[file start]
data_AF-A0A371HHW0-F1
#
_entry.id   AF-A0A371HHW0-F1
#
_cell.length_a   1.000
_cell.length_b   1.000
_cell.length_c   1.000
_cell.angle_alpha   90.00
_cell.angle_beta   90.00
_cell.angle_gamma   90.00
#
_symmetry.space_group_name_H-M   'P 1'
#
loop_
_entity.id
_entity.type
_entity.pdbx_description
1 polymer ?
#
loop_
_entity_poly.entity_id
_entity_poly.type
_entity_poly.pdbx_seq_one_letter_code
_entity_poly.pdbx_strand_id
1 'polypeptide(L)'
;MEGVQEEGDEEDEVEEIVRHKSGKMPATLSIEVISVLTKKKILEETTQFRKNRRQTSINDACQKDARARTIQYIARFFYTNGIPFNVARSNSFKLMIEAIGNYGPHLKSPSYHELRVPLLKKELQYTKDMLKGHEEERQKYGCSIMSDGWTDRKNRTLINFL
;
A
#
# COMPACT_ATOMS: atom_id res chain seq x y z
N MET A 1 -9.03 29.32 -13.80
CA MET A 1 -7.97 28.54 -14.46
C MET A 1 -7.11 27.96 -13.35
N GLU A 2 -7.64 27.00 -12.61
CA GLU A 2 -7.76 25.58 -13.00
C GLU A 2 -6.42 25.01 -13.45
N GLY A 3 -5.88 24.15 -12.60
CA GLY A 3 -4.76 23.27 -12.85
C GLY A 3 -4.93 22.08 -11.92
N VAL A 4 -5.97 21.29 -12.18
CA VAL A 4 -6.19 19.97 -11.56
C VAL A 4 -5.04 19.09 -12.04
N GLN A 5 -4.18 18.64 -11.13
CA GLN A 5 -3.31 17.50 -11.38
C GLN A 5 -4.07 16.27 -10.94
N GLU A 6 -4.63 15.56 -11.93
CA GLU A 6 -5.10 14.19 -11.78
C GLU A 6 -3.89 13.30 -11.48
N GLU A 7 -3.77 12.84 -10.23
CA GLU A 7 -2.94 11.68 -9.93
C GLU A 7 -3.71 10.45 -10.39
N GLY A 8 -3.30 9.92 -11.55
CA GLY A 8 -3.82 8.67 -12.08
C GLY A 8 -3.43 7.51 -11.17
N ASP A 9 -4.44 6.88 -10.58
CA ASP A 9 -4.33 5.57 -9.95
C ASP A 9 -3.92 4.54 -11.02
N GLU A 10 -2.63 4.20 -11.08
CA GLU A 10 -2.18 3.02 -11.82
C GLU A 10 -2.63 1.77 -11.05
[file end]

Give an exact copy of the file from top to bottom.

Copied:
data_AF-A0A371HHW0-F1
#
_entry.id   AF-A0A371HHW0-F1
#
_cell.length_a   1.000
_cell.length_b   1.000
_cell.length_c   1.000
_cell.angle_alpha   90.00
_cell.angle_beta   90.00
_cell.angle_gamma   90.00
#
_symmetry.space_group_name_H-M   'P 1'
#
loop_
_entity.id
_entity.type
_entity.pdbx_description
1 polymer ?
#
loop_
_entity_poly.entity_id
_entity_poly.type
_entity_poly.pdbx_seq_one_letter_code
_entity_poly.pdbx_strand_id
1 'polypeptide(L)'
;MEGVQEEGDEEDEVEEIVRHKSGKMPATLSIEVISVLTKKKILEETTQFRKNRRQTSINDACQKDARARTIQYIARFFYTNGIPFNVARSNSFKLMIEAIGNYGPHLKSPSYHELRVPLLKKELQYTKDMLKGHEEERQKYGCSIMSDGWTDRKNRTLINFL
;
A
#
# COMPACT_ATOMS: atom_id res chain seq x y z
N MET A 1 -9.03 29.32 -13.80
CA MET A 1 -7.97 28.54 -14.46
C MET A 1 -7.11 27.96 -13.35
N GLU A 2 -7.64 27.00 -12.61
CA GLU A 2 -7.76 25.58 -13.00
C GLU A 2 -6.42 25.01 -13.45
N GLY A 3 -5.88 24.15 -12.60
CA GLY A 3 -4.76 23.27 -12.85
C GLY A 3 -4.93 22.08 -11.92
N VAL A 4 -5.97 21.29 -12.18
CA VAL A 4 -6.19 19.97 -11.56
C VAL A 4 -5.04 19.09 -12.04
N GLN A 5 -4.18 18.64 -11.13
CA GLN A 5 -3.31 17.50 -11.38
C GLN A 5 -4.07 16.27 -10.94
N GLU A 6 -4.63 15.56 -11.93
CA GLU A 6 -5.10 14.19 -11.78
C GLU A 6 -3.89 13.30 -11.48
N GLU A 7 -3.77 12.84 -10.23
CA GLU A 7 -2.94 11.68 -9.93
C GLU A 7 -3.71 10.45 -10.39
N GLY A 8 -3.30 9.92 -11.55
CA GLY A 8 -3.82 8.67 -12.08
C GLY A 8 -3.43 7.51 -11.17
N ASP A 9 -4.44 6.88 -10.58
CA ASP A 9 -4.33 5.57 -9.95
C ASP A 9 -3.92 4.54 -11.02
N GLU A 10 -2.63 4.20 -11.08
CA GLU A 10 -2.18 3.02 -11.82
C GLU A 10 -2.63 1.77 -11.05